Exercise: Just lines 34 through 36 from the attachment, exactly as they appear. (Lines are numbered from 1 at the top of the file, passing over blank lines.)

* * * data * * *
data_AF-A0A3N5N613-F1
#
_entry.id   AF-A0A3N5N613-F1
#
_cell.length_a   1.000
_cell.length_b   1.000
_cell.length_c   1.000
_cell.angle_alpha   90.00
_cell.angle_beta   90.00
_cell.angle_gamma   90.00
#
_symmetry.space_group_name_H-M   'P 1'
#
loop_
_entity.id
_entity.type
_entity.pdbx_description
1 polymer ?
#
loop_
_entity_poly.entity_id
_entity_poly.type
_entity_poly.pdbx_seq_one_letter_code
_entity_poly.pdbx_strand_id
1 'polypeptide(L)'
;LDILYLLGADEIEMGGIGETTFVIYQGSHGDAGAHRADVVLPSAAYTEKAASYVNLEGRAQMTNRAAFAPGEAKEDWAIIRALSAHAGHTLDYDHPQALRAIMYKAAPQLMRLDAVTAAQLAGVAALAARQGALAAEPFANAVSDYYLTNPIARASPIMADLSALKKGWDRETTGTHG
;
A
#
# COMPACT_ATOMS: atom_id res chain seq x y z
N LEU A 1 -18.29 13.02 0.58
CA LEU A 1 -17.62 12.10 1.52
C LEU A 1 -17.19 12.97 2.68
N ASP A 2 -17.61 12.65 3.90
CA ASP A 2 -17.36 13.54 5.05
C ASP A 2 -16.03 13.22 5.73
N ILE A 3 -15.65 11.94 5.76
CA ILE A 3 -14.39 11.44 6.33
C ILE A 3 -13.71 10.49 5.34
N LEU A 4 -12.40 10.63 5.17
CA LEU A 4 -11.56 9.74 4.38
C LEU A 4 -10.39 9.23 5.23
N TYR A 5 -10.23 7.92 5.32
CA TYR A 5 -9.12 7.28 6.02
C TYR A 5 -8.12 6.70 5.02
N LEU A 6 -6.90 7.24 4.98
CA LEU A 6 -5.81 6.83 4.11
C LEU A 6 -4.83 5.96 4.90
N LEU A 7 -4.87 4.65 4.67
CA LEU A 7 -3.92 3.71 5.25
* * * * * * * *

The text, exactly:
N ASP A 2 -17.61 12.65 3.90
CA ASP A 2 -17.36 13.54 5.05
C ASP A 2 -16.03 13.22 5.73